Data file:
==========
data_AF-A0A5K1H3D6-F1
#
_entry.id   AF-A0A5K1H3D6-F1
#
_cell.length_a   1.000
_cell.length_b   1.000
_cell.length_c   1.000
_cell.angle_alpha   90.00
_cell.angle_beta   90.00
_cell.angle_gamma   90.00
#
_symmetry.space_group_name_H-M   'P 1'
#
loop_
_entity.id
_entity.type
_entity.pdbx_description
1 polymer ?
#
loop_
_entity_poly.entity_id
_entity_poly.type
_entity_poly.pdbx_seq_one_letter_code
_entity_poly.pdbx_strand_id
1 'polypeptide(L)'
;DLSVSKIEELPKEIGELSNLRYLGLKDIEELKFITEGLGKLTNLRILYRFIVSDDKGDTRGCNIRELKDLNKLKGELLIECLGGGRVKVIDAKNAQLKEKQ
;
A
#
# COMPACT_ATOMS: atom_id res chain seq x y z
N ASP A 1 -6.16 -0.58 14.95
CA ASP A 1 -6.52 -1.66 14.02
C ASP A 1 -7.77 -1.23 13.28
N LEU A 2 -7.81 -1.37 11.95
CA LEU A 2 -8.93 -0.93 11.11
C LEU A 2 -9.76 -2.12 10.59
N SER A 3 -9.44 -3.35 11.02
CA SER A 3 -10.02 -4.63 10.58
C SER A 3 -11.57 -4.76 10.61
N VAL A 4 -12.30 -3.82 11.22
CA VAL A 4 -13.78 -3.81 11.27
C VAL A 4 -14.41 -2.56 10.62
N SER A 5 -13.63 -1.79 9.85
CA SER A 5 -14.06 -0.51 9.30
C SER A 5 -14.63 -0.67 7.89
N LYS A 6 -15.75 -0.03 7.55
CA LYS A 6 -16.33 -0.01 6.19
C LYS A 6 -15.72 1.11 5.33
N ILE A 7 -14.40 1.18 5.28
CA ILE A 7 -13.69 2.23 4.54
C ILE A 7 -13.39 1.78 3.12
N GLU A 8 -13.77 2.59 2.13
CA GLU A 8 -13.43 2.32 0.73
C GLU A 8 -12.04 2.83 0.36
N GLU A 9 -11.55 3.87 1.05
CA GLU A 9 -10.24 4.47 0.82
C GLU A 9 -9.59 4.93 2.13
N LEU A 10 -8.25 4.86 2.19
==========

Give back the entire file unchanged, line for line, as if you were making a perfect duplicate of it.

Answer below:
data_AF-A0A5K1H3D6-F1
#
_entry.id   AF-A0A5K1H3D6-F1
#
_cell.length_a   1.000
_cell.length_b   1.000
_cell.length_c   1.000
_cell.angle_alpha   90.00
_cell.angle_beta   90.00
_cell.angle_gamma   90.00
#
_symmetry.space_group_name_H-M   'P 1'
#
loop_
_entity.id
_entity.type
_entity.pdbx_description
1 polymer ?
#
loop_
_entity_poly.entity_id
_entity_poly.type
_entity_poly.pdbx_seq_one_letter_code
_entity_poly.pdbx_strand_id
1 'polypeptide(L)'
;DLSVSKIEELPKEIGELSNLRYLGLKDIEELKFITEGLGKLTNLRILYRFIVSDDKGDTRGCNIRELKDLNKLKGELLIECLGGGRVKVIDAKNAQLKEKQ
;
A
#
# COMPACT_ATOMS: atom_id res chain seq x y z
N ASP A 1 -6.16 -0.58 14.95
CA ASP A 1 -6.52 -1.66 14.02
C ASP A 1 -7.77 -1.23 13.28
N LEU A 2 -7.81 -1.37 11.95
CA LEU A 2 -8.93 -0.93 11.11
C LEU A 2 -9.76 -2.12 10.59
N SER A 3 -9.44 -3.35 11.02
CA SER A 3 -10.02 -4.63 10.58
C SER A 3 -11.57 -4.76 10.61
N VAL A 4 -12.30 -3.82 11.22
CA VAL A 4 -13.78 -3.81 11.27
C VAL A 4 -14.41 -2.56 10.62
N SER A 5 -13.63 -1.79 9.85
CA SER A 5 -14.06 -0.51 9.30
C SER A 5 -14.63 -0.67 7.89
N LYS A 6 -15.75 -0.03 7.55
CA LYS A 6 -16.33 -0.01 6.19
C LYS A 6 -15.72 1.11 5.33
N ILE A 7 -14.40 1.18 5.28
CA ILE A 7 -13.69 2.23 4.54
C ILE A 7 -13.39 1.78 3.12
N GLU A 8 -13.77 2.59 2.13
CA GLU A 8 -13.43 2.32 0.73
C GLU A 8 -12.04 2.83 0.36
N GLU A 9 -11.55 3.87 1.05
CA GLU A 9 -10.24 4.47 0.82
C GLU A 9 -9.59 4.93 2.13
N LEU A 10 -8.25 4.86 2.19